November 14, 2004

"Had we done in April what we did now, the results would've been the same."

Marine Maj. Gen. Richard Natonski, who designed the ground attack on Fallujah, describes the brilliant, ahead-of-schedule takeover of the city:
"Maybe we learned from April ... We learned we can't do it piecemeal. When we go in, we go all the way through. We had the green light this time and we went all the way."
The linked article has some nice details on the military tactics:
Natonski described the six days of ground war as a "flawless execution of the plan we drew up. We are actually ahead of schedule."

Several pre-assault tactics made the battle easier than expected, he said.

Insurgent defenses were weakened by bombing raids on command posts and safe houses. Air-dropped leaflets may have also demoralized some defenders and convinced some residents that the city would be better off under government control, he said.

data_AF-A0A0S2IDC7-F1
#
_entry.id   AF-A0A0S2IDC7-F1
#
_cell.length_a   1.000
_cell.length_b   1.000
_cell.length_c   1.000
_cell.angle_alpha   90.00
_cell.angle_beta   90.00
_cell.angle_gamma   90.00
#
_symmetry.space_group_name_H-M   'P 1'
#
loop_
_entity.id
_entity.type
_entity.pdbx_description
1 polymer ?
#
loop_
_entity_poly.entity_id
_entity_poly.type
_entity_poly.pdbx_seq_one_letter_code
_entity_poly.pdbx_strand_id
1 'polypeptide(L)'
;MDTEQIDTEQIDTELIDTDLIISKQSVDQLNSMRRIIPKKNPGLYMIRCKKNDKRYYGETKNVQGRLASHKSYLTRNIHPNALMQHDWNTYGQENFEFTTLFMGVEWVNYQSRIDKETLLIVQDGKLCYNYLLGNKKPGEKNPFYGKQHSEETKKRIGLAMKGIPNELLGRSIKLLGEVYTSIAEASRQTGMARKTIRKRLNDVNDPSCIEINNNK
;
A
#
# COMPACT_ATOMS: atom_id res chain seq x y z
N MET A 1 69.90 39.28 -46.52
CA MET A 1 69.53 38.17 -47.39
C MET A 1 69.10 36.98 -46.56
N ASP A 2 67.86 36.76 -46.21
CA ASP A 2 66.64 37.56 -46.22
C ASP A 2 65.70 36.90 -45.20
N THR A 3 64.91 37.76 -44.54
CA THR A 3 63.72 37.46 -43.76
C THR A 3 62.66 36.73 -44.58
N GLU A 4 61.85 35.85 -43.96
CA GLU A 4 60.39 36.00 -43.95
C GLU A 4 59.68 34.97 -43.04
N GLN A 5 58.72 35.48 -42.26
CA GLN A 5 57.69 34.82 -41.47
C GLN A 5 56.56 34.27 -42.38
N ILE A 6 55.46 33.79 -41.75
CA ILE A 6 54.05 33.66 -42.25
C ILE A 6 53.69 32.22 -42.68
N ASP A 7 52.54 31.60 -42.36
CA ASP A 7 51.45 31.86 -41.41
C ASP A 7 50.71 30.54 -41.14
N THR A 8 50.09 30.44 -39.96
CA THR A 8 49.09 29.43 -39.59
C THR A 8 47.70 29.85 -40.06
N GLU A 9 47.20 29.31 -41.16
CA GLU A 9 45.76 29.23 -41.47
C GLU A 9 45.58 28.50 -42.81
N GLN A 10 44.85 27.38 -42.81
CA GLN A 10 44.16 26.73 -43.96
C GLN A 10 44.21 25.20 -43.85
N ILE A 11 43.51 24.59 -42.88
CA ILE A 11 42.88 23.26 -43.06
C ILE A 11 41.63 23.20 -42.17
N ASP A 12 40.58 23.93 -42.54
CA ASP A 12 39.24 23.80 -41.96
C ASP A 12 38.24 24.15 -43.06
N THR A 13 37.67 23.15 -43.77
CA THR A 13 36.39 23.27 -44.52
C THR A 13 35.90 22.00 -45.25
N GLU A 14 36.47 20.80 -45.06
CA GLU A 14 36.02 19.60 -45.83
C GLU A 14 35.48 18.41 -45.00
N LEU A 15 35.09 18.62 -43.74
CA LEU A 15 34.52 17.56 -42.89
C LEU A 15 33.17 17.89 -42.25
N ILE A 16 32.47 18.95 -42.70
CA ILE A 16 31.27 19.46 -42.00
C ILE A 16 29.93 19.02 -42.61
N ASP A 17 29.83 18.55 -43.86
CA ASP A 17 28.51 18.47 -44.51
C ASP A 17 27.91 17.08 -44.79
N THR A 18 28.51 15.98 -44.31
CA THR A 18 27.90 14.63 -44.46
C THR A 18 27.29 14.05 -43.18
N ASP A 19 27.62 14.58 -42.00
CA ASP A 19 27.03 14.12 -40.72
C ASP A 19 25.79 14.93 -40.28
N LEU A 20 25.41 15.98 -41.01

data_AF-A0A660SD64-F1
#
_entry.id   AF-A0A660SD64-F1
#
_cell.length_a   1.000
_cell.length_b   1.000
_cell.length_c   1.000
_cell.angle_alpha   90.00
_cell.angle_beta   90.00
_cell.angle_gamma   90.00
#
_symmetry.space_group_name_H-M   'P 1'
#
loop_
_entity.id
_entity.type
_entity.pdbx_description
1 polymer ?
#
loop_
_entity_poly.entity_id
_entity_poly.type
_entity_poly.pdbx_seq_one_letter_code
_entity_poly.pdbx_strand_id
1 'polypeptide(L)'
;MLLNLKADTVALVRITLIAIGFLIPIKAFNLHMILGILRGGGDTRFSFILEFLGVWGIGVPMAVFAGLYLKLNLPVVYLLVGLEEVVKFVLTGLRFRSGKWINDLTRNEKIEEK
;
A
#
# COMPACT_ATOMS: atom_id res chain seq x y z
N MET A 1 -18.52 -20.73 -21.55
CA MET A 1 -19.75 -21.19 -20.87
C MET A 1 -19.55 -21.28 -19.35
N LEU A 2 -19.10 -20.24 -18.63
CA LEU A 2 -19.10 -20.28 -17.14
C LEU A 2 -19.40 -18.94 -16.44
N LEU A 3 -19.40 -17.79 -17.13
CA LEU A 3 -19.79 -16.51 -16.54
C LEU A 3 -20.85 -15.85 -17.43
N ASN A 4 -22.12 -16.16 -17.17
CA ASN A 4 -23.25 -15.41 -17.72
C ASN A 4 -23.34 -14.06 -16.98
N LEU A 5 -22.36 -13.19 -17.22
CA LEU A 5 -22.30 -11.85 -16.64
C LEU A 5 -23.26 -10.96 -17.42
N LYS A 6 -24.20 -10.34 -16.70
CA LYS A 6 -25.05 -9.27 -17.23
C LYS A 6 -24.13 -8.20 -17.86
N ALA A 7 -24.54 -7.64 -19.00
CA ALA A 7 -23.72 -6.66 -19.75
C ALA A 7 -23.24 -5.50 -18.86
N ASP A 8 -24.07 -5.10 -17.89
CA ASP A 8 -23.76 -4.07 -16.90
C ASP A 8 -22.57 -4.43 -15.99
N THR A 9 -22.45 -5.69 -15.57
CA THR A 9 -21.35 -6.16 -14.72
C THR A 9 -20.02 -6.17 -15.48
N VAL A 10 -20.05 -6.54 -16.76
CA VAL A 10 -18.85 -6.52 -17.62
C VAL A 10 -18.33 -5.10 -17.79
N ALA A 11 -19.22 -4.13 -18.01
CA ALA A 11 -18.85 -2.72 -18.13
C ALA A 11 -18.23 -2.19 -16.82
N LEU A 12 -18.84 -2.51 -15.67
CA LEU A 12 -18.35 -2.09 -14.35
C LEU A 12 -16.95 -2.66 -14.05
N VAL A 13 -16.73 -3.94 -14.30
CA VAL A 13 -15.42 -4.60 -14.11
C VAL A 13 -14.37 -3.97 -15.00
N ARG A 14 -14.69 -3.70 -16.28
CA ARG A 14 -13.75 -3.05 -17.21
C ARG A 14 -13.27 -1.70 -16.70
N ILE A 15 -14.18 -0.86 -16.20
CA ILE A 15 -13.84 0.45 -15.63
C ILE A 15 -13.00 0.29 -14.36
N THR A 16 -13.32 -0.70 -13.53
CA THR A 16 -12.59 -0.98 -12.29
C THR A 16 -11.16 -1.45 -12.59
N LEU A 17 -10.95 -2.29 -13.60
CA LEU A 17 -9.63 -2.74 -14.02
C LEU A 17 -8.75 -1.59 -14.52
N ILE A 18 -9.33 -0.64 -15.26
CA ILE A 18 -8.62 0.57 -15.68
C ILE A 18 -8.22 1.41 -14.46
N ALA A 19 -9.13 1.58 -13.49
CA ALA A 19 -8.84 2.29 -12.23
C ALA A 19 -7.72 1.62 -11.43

In the days before the raid, ground troops feinted invasions, charging right up to Fallujah's edge in tanks and armored vehicles. Natonski said these fake attacks forced the insurgents to build up forces in the south and east, perhaps diverting defenders from the north, where six battalions of Army and Marine troops finally punched into the city Monday.

The deceptive maneuvers also drew fire from defenders' bunkers, which were exposed and relentlessly bombed before the ground assault.

"We desensitized the enemy to the formations they saw on the night we attacked," Natonski said.

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